Charlie In Trouble - The Forbidden Portal by Rapid Turtle Games icon

Charlie In Trouble – The Forbidden Portal ($0.99) by Rapid Turtle Games is a new side-scrolling, 2D puzzle game where you help Charlie avoid obstacles, collect items and solve challenges to work your way through stages and levels. It includes 10 levels comprised of 26 stages and has OpenFeint and Game Center integration.

Charlie In Trouble - The Forbidden Portal by Rapid Turtle Games screenshot

Young Charlie has defied the King the way any rebellious youth would, he traveled through a magical portal and got stuck on the other side. Now, to return home, Charlie has to overcome enemies and other obstacles found in this strange realm. Since he has no magical powers of his own, he has to use his wits and various objects found along the way along to achieve his goals.

Charlie in Trouble is a valiant effort and a decent idea, but in practice the result is frustratingly slow and quite unentertaining. For being in trouble, Charlie moves shockingly snail-like and it takes a while just to get him from one end of the screen to the other. The only thing that makes dodging bullets, nails and other projectiles possible is that they move just as slowly.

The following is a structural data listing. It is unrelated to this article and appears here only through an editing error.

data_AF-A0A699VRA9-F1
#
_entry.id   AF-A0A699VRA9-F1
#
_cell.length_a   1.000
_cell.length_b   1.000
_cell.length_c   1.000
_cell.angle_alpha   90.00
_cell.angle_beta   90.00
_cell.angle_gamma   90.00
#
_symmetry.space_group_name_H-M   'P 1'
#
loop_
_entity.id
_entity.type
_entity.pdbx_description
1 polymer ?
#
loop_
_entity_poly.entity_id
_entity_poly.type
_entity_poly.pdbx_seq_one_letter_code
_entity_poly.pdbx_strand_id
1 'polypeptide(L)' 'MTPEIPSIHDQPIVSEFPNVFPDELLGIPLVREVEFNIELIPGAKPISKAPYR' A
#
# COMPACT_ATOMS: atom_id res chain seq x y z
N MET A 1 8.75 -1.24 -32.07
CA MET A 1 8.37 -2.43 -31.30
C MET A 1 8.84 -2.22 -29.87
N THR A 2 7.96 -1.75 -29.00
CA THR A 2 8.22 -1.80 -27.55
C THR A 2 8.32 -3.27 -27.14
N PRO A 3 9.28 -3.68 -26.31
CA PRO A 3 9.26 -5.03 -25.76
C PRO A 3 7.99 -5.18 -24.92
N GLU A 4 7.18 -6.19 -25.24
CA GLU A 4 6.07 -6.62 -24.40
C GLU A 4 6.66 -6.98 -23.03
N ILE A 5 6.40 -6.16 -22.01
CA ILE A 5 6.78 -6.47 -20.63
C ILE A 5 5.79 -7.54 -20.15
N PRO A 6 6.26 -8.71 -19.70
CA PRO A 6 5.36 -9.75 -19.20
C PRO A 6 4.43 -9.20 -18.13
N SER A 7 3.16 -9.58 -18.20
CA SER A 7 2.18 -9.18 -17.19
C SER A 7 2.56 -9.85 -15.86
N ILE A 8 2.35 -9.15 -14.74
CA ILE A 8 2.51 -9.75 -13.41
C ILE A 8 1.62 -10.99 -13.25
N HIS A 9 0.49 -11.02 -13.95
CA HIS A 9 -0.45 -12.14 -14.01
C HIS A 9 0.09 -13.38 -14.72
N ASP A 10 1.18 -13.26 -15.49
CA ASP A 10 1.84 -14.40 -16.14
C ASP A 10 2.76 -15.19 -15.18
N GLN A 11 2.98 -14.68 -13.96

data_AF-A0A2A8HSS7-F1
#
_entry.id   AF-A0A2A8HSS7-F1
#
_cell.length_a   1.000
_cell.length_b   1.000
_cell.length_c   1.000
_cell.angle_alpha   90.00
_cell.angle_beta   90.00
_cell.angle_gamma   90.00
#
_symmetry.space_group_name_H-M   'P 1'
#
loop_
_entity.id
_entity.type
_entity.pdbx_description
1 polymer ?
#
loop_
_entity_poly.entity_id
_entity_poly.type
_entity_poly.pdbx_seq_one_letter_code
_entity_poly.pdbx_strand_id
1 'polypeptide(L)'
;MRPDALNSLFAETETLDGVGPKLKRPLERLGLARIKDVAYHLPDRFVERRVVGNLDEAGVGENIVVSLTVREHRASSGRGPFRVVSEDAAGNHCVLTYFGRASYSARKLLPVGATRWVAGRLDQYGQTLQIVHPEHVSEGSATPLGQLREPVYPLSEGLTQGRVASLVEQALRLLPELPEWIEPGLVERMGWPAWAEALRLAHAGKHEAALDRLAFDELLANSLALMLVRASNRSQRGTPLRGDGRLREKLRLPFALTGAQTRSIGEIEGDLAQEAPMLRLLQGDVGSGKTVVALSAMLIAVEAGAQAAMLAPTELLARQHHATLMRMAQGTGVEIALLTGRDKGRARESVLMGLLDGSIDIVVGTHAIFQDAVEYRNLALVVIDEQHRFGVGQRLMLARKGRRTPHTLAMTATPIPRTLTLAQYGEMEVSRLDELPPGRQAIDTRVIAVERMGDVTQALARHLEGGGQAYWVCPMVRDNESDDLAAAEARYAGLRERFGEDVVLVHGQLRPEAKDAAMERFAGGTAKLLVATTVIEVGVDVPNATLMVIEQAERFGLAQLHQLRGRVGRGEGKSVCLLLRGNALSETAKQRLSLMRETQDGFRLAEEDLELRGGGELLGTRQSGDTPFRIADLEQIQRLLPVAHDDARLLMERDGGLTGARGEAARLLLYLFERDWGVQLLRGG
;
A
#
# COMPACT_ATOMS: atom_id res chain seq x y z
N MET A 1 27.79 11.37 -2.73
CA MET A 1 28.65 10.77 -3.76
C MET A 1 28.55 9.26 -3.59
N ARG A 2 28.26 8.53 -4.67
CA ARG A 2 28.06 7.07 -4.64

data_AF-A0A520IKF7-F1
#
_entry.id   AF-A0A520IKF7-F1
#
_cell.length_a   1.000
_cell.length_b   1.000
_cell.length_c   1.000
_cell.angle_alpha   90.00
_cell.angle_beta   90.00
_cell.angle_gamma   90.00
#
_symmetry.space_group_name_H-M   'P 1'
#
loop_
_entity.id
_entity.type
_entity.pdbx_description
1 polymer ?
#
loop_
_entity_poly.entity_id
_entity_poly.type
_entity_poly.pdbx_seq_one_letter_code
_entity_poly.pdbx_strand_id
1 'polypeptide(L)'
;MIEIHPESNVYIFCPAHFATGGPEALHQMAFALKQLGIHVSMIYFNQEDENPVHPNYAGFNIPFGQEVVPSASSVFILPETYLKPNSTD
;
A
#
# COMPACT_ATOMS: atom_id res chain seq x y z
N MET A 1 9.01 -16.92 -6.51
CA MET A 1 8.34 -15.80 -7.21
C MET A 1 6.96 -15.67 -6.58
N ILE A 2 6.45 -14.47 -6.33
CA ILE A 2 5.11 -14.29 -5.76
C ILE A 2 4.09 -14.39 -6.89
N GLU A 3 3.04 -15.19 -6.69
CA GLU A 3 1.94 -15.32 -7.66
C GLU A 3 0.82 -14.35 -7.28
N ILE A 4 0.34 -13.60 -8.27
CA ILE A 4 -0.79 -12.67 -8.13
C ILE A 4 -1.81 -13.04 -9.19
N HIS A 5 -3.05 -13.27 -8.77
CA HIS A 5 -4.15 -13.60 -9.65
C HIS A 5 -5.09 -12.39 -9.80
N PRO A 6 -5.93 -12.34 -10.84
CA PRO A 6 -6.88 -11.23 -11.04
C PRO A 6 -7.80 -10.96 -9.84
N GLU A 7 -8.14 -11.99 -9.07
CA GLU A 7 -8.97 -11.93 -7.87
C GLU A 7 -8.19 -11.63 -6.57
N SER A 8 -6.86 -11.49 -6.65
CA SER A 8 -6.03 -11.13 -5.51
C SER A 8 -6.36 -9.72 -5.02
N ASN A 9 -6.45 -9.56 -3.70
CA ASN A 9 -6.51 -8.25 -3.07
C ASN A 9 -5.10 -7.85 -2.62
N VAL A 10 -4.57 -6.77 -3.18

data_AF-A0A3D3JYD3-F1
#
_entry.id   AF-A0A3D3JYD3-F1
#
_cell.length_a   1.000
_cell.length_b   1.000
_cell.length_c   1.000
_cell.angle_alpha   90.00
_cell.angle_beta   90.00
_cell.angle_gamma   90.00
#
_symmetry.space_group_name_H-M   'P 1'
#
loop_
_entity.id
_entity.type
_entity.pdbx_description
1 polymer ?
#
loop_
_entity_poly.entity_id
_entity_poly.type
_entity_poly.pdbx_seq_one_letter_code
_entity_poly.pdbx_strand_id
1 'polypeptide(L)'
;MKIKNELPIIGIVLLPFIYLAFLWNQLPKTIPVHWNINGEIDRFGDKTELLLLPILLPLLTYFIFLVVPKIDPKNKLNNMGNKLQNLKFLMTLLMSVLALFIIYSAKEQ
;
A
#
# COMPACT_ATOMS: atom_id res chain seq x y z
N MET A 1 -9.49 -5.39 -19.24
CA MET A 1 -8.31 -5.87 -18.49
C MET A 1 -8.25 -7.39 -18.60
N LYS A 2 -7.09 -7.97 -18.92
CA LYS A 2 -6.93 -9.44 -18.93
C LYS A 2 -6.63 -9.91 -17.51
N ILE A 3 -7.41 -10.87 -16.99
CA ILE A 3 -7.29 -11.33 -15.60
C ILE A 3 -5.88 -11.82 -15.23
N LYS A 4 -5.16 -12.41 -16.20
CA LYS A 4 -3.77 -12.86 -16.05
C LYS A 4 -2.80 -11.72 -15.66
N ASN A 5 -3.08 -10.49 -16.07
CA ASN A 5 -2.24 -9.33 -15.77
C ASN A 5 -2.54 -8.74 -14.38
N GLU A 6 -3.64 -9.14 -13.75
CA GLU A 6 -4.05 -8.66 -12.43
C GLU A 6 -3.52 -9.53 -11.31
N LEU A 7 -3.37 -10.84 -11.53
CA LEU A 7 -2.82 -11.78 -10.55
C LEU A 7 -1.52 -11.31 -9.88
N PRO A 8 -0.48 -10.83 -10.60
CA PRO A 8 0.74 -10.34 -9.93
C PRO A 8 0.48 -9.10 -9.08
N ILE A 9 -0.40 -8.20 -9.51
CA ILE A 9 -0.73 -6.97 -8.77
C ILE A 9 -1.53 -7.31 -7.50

Going through the stages isn’t always as simple as going from one end to the other. Sometimes you find your way impeded by a door of some sort and realize that you have to backtrack and find a switch to open it. The challenges are adequate and frequent enough to keep you thinking, but there isn’t much creativity necessary to solve them.

The graphics look like an iPad game ported to the iPhone, thus making everything look very small. Even when you break out the bifocals and figure out what is what, the art looks more like an 8-bit remake than a new touch screen platformer.

The redeeming quality of CiT is that there is much depth and breadth to behold. There are enough levels, obstacles, enemies, objects and puzzles to keep you entertained for quite some time, almost justifying the current price of $1.99 USD. Rapid Turtle Games claims there are “7 hours of adventure fun” which is on the higher end for similar titles, but replay value is sorely lacking.

While Charlie in Trouble offers plenty of puzzle content, the slow gameplay and small graphics make this a difficult sell for 2 bucks. Unless you’re a 2D puzzle buff, stay out of trouble by taking a pass on this one for now.